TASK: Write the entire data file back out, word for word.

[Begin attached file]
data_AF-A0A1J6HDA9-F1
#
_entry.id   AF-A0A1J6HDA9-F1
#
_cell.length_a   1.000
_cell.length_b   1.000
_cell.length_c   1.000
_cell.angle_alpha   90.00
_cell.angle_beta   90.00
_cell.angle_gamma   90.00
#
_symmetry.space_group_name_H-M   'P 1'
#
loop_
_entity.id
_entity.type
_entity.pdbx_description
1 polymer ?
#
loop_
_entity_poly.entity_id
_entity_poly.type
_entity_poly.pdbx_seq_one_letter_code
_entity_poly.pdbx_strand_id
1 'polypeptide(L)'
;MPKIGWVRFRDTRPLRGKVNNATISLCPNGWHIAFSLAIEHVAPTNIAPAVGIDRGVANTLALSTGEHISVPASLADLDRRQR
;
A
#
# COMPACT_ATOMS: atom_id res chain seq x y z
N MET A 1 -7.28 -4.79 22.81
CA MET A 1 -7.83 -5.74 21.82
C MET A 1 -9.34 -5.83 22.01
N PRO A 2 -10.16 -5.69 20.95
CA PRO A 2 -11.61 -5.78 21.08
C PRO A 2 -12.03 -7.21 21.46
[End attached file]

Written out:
data_AF-A0A1J6HDA9-F1
#
_entry.id   AF-A0A1J6HDA9-F1
#
_cell.length_a   1.000
_cell.length_b   1.000
_cell.length_c   1.000
_cell.angle_alpha   90.00
_cell.angle_beta   90.00
_cell.angle_gamma   90.00
#
_symmetry.space_group_name_H-M   'P 1'
#
loop_
_entity.id
_entity.type
_entity.pdbx_description
1 polymer ?
#
loop_
_entity_poly.entity_id
_entity_poly.type
_entity_poly.pdbx_seq_one_letter_code
_entity_poly.pdbx_strand_id
1 'polypeptide(L)'
;MPKIGWVRFRDTRPLRGKVNNATISLCPNGWHIAFSLAIEHVAPTNIAPAVGIDRGVANTLALSTGEHISVPASLADLDRRQR
;
A
#
# COMPACT_ATOMS: atom_id res chain seq x y z
N MET A 1 -7.28 -4.79 22.81
CA MET A 1 -7.83 -5.74 21.82
C MET A 1 -9.34 -5.83 22.01
N PRO A 2 -10.16 -5.69 20.95
CA PRO A 2 -11.61 -5.78 21.08
C PRO A 2 -12.03 -7.21 21.46